Life never made sense to me when I was little. When I was almost five years old, I was playing and smashed a tomato from my dad’s tomato plant that was in our living room. I remember my dad coming home. He was drunk and very angry. When he came into the room, he looked at the plant and got even more angry. He ask me if I destroyed the plant and I was scared so I lied about it. Then mom told my dad I was the one who did it. I remember he grabbed me and threw me on the ground then he started attacking me. He grabbed my leg and picked me up and started shaking me around like a rag doll. I was thrown against the wall. My dad made me drink alcohol- I don’t know why- but I did not feel any pain even when my dad broke my leg and my arm and cracked my skull. I almost died that day. I don’t really remember anything after the beating because I think I was in a coma. I just remember waking up in the hospital all bandaged up and I was in different casts just lying there.
After a couple months my grandma came and picked me up from the hospital. After that I did not live with my parents; I lived with my grandma on a small farm. I live there for a couple months. Then I was put in a orphanage with my brothers and sister because my grandma was not able to take care of me because she had a problem with alcohol. I did not like the orphanage because you had to fight all the time to protect yourself. The orphanage was in an abandoned Russian hospital. It was dark and very creepy inside. Then one day my brothers and sister and I met a couple that we did not know and they talked to us, but we did not understand them and they did not understand us. But I felt comfortable being around them. Then they started visiting us every day and we found out that they were going to adopt us. They wanted to be my new parents. I was very excited because I could have a second chance in life without hate or anger, and I felt safe.
The first picture the Deveny’s ever saw of Sasha and his bothers and sister. From bottom left: Zhenya and Merry-Viktoria. Top left to right: Matvei and Sasha
One day I found out I was being adopted and the next week I was getting on a plane to fly to America. I did not know where I was going at first, but I did not care because I just wanted to leave Kazakhstan and the orphanage. We stopped in different countries before coming to America, like Russia and Germany. I remember I almost got in a fight in Germany with four other boys but my new dad stopped me. When we finally got to the United States, I remember meeting my three new sisters in an airport where they were waiting with my new babushka in the van to take us to our new home. Life was different now.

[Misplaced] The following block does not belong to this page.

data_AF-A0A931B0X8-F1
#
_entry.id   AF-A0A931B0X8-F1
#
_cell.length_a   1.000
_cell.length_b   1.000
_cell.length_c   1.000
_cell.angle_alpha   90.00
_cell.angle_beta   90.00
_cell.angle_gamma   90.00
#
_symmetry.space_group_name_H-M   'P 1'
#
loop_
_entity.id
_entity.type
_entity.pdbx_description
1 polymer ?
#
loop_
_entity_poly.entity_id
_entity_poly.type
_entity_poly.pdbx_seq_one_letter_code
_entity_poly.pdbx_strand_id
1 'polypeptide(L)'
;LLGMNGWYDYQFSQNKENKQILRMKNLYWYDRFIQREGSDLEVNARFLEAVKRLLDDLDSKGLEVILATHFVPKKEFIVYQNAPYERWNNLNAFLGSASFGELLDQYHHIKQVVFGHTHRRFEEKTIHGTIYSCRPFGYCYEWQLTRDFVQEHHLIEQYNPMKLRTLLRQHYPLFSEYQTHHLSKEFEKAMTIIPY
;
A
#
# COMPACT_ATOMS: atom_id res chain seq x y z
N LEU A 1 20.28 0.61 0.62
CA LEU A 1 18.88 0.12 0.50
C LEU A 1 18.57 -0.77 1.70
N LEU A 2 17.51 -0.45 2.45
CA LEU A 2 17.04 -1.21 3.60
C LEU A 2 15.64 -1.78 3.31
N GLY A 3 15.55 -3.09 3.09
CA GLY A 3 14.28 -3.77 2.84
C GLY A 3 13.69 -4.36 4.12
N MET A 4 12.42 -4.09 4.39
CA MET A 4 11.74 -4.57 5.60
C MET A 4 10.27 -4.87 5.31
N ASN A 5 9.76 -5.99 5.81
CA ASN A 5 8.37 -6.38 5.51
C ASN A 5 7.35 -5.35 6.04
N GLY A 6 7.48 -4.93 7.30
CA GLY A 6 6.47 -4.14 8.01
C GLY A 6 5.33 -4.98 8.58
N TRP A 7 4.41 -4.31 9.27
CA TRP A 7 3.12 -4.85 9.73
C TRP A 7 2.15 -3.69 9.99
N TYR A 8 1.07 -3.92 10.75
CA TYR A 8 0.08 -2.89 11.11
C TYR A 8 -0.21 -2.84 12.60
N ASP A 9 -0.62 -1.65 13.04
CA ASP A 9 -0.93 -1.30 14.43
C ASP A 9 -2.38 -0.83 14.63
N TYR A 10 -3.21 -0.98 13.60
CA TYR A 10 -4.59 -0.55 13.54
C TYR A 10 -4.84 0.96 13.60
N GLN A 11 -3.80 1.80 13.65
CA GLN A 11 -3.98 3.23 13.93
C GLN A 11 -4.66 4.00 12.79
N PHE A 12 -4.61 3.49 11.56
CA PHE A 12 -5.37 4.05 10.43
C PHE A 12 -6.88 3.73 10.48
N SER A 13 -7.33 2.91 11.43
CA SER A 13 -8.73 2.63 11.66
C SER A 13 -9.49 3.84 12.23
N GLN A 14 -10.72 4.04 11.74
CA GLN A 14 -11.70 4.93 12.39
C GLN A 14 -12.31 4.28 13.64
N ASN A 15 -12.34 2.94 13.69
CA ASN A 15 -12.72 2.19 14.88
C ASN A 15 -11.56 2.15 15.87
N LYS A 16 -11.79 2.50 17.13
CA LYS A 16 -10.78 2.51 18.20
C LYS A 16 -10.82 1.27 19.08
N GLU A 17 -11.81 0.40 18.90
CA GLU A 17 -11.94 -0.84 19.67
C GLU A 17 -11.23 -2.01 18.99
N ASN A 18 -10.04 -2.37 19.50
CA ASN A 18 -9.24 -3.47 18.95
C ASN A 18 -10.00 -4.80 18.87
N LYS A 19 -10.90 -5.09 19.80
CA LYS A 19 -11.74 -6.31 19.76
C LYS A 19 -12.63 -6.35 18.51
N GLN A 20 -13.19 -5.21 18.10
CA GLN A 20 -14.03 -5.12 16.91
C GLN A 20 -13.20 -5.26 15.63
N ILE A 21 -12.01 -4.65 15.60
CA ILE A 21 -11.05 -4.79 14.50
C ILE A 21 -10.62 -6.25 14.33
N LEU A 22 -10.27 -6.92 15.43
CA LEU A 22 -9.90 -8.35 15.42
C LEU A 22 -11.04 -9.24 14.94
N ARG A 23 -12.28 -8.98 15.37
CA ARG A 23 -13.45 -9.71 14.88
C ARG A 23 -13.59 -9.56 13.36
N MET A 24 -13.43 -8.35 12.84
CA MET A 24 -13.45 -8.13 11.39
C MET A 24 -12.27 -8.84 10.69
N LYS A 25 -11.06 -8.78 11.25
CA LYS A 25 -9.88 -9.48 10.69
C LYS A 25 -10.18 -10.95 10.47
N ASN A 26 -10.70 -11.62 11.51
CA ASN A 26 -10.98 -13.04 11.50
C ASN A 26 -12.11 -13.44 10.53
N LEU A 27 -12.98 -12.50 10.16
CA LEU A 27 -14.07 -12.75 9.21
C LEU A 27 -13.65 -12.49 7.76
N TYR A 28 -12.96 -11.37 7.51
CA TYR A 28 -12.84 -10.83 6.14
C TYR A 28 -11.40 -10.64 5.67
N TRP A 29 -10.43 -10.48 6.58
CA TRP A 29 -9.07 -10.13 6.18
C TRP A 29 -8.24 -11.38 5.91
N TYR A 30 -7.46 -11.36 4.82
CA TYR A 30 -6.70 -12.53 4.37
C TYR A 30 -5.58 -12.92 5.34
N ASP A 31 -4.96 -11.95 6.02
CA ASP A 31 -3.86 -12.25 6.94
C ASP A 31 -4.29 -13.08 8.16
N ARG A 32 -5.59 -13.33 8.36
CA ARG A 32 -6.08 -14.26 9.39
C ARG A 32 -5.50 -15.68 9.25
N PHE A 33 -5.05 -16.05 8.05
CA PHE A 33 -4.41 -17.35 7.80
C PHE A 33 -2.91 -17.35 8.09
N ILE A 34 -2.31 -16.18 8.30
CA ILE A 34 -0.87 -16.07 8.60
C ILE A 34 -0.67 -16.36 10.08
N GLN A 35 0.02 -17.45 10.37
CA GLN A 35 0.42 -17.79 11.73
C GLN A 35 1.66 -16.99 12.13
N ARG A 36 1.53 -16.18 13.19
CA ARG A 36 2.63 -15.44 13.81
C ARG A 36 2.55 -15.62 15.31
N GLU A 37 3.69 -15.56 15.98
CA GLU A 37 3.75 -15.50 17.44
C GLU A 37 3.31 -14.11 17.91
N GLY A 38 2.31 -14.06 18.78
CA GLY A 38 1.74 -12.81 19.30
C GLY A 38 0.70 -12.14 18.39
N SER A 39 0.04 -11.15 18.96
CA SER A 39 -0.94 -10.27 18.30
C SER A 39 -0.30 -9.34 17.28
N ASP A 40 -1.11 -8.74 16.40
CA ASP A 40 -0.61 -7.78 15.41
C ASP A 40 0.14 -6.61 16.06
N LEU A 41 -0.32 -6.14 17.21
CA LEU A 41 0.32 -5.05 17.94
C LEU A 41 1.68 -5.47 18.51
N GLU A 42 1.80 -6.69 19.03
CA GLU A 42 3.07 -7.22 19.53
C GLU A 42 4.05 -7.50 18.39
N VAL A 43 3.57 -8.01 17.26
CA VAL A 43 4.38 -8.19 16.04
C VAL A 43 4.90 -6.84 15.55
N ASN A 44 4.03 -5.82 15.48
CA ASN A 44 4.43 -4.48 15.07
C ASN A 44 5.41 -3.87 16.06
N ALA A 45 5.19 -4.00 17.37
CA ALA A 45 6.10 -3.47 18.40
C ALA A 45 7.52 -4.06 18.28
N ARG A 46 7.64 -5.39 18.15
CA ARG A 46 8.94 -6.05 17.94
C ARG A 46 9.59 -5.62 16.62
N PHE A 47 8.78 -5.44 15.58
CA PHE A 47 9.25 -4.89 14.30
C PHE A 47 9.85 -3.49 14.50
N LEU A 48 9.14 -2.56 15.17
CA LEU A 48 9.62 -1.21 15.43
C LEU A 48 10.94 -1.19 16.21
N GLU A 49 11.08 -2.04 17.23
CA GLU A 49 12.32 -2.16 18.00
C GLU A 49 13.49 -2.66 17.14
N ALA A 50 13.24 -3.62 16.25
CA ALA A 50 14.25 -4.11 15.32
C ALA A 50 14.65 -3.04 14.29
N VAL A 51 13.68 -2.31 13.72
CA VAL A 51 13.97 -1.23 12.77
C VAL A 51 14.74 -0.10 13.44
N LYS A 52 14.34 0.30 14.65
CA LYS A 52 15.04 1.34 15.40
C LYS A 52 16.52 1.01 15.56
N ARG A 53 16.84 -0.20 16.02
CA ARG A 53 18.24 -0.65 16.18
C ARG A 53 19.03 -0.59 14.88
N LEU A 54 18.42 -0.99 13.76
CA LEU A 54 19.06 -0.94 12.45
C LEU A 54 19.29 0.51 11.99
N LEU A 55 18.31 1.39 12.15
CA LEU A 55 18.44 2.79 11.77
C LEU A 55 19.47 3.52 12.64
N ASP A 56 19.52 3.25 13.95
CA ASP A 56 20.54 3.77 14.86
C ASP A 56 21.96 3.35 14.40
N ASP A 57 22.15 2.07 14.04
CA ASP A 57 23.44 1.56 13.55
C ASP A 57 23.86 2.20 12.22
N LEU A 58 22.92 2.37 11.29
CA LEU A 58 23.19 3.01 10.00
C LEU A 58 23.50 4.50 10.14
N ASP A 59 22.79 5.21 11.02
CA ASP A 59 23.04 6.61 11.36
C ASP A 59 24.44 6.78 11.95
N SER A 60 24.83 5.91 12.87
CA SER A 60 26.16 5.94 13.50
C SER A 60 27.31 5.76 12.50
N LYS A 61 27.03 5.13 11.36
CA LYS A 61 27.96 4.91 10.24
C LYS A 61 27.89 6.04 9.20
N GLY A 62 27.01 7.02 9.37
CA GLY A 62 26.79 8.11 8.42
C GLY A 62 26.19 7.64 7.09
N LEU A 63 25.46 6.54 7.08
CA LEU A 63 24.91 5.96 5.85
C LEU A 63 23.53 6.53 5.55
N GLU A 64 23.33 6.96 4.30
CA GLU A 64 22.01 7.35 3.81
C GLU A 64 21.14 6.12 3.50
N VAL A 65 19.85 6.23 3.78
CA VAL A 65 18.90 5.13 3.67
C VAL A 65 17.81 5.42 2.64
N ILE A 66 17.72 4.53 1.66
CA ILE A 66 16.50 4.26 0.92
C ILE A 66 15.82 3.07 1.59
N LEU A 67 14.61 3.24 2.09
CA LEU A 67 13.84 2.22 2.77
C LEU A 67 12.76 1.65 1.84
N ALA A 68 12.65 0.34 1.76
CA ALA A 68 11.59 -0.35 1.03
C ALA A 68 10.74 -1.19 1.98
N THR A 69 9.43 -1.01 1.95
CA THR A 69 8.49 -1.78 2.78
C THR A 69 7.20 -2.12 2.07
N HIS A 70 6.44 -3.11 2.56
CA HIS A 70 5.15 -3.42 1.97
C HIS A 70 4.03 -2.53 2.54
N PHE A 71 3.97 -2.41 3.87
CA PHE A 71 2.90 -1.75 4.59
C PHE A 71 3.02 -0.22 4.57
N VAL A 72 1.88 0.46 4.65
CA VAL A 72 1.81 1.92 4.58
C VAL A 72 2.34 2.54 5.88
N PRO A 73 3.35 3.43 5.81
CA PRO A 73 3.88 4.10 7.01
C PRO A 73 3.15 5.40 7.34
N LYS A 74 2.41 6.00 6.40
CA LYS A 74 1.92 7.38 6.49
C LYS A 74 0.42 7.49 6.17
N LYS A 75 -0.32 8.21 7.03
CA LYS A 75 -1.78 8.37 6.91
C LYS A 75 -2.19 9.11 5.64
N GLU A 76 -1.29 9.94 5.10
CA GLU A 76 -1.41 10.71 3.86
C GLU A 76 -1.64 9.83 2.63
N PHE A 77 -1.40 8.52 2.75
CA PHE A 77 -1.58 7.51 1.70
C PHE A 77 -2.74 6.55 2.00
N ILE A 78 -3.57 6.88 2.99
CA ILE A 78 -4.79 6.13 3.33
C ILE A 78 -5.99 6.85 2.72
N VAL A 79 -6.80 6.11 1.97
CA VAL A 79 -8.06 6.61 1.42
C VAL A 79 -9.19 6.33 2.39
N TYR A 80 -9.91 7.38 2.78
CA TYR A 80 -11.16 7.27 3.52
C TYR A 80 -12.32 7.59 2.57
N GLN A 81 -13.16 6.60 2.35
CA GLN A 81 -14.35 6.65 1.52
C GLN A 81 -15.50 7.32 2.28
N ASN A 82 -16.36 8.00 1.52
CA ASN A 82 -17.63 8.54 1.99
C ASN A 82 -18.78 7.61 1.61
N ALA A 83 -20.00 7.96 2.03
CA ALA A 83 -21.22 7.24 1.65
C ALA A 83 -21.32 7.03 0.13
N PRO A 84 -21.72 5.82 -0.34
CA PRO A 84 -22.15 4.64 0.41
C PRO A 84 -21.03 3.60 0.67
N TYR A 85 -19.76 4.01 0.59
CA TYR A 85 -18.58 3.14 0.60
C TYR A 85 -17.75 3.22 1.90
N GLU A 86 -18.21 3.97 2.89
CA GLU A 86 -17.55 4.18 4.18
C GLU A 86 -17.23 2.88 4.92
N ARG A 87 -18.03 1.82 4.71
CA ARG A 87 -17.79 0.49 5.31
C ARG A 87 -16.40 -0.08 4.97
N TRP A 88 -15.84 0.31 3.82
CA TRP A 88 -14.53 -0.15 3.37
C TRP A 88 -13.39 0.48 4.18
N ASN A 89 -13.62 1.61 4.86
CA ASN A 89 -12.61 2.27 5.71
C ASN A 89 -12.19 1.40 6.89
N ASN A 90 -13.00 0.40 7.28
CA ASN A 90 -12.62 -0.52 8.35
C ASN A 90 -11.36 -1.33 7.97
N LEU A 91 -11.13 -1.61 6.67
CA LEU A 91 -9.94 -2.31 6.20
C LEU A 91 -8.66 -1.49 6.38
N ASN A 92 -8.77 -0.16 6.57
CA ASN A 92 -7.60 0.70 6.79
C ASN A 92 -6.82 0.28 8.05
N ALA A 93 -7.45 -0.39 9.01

When your life changes around you, you have to make changes to yourself. What I learned from this experience was that something bad might happen to you, but in the end something good can come out of it. I also came out of it a different person from the bad experience. Most kids that go through this come out very angry and they grow up being hateful and always getting in trouble with the law. I came out a completely different person; I am a nice caring young man. I will always remember what I went through. Only now I know that I can get through anything because the fear is no more. I am stronger as a person now.
About the author: Alexander Clay DeVeny (Sasha) was born in December of 1994 in northern Kazakhstan. He was the third child in a family of what would eventually be four children. His early life was full of abuse and pain and neglect. Eventually Sasha and his siblings found themselves living in an orphanage after being removed from their home. In another turn of fate, he and his siblings found themselves adopted and living in the United States.
Sasha is now proudly looking forward to his graduation from Northeastern High School. He is looking forward to his future. His story that he is sharing was actually part of an assignment in his 12th grade English class that asked students to write a self-reflection. It is a brutal story of what one child survived and how he now sees his future.
Sasha in grade 12. (April, 2015)